Washington International Law Journal


Bui Ngoc Son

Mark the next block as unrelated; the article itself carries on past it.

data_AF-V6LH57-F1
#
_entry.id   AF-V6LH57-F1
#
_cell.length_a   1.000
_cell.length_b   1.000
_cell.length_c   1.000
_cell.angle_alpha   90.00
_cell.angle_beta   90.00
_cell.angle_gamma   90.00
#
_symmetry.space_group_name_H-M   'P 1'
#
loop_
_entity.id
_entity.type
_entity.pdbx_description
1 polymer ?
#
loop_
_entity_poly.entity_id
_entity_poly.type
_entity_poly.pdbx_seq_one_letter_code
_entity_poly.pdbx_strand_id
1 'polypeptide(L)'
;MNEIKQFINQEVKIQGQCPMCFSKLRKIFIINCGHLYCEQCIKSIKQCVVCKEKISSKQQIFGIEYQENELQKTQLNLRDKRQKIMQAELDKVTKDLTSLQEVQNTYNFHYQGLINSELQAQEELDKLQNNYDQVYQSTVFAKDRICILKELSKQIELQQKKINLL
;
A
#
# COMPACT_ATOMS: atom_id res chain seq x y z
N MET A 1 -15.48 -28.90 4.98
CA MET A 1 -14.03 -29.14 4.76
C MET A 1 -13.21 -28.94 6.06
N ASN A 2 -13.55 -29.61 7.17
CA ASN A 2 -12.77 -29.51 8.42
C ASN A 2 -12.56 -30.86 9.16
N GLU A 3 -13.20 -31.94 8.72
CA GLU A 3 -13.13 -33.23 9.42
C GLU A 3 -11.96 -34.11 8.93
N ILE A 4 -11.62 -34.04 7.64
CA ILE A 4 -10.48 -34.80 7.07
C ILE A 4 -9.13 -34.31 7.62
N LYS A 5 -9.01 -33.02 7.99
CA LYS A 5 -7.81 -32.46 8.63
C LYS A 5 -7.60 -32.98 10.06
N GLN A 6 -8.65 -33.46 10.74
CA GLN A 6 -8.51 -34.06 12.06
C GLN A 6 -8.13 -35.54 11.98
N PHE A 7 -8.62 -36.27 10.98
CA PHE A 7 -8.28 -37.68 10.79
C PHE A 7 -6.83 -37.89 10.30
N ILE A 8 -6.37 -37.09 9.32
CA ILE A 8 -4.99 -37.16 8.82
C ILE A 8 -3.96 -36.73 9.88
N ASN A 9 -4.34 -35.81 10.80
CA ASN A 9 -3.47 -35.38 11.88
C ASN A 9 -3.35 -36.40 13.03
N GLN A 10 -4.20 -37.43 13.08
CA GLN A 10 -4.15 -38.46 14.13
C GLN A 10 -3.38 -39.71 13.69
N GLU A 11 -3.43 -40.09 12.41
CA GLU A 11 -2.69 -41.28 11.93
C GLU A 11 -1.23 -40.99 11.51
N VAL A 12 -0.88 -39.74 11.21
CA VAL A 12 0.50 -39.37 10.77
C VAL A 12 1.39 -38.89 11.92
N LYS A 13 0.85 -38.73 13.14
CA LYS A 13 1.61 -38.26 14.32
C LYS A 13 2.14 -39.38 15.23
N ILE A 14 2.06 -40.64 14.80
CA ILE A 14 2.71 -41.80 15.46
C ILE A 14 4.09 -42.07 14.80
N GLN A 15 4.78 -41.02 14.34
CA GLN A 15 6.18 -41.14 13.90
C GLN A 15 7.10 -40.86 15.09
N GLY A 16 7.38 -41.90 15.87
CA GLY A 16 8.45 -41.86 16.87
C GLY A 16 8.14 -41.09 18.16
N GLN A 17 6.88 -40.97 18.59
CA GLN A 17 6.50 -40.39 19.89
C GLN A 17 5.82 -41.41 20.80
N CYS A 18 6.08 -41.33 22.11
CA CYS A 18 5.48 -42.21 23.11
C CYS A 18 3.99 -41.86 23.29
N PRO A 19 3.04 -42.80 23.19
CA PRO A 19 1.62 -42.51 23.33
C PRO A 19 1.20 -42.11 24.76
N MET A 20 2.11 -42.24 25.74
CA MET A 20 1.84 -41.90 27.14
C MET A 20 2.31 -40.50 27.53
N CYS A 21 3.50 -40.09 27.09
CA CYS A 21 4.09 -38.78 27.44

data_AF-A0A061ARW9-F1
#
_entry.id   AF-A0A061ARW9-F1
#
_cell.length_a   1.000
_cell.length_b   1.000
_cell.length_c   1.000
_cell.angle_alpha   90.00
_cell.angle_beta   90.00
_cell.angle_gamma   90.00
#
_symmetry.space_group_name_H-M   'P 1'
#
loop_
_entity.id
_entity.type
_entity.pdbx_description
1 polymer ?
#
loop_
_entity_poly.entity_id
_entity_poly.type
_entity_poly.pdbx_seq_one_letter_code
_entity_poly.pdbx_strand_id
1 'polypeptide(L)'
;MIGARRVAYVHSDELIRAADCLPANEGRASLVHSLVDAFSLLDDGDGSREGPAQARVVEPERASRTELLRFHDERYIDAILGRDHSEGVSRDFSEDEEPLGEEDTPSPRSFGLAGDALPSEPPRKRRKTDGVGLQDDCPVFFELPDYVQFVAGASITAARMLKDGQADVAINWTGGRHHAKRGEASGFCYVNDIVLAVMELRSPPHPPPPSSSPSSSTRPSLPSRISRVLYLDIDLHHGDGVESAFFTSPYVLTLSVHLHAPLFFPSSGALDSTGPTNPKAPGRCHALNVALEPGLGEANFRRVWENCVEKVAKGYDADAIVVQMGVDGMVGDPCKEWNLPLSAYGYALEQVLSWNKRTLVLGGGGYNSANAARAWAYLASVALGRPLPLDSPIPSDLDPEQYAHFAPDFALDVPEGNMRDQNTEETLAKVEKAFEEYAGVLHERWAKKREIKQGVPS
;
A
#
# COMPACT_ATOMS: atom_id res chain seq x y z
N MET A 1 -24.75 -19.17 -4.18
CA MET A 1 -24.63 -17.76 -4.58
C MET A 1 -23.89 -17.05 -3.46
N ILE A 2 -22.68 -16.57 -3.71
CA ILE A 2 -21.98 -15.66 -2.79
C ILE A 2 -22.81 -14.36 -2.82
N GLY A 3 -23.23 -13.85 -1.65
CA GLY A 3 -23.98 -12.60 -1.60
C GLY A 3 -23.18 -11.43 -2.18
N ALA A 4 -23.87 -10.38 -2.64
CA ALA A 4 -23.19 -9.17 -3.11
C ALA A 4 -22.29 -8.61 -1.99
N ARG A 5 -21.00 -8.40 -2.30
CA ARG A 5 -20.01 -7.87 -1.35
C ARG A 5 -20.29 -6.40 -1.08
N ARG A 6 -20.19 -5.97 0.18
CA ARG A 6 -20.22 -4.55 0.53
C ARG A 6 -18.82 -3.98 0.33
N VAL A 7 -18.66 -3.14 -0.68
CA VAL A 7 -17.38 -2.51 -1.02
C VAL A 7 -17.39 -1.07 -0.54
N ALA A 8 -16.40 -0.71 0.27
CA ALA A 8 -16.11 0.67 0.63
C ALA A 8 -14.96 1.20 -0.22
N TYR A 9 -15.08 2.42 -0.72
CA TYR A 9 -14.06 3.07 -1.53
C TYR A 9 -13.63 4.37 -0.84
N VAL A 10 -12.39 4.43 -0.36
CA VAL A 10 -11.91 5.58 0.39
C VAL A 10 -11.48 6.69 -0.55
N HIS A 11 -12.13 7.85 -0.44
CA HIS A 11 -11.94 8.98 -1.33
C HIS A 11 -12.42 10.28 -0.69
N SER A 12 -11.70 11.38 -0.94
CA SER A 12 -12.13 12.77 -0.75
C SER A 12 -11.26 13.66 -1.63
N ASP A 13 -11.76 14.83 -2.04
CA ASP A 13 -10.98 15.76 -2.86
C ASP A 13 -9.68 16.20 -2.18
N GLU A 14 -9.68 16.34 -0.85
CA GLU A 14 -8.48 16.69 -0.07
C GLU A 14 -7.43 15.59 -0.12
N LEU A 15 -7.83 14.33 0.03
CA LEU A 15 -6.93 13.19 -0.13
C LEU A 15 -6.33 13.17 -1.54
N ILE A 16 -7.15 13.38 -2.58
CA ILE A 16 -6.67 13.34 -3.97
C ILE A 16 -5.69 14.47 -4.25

This Article extends Gary J. Jacobsohn’s theory of constitutional identity to better understand the dynamics of constitutional identity in the era of globalization. The extended theoretical framework features the relation of constitutional globalization to the change of national constitutional identity. Within that framework, this Article offers an original, empirical examination of the case of Vietnam and compares it with other socialist regimes (China, Laos, North Korea, and Cuba). It argues that globalization induces adaption to the socialist constitutional identity. The socialist constitutional identity is adapted by the pragmatic incorporation of fundamental ideas and principles of global constitutionalism. Consequently, the essence of the socialist constitutional identity remains but is modified and extended in the globalizing context. Although there is convergence in the adaption to socialist constitutional identity among the five socialist countries due to the impact of constitutional globalization, there are four divergent models which these countries adopt to react to the global impact on their constitutional identity, namely constitutional globalism (Vietnam and Laos); constitutional exceptionalism (China); constitutional isolationism (North Korea); and constitutional reservationism (Cuba). This Article contributes to the scholarship on constitutional globalization, comparative theory on constitutional identity, and empirical knowledge on constitutional dynamics in the contemporary socialist world.

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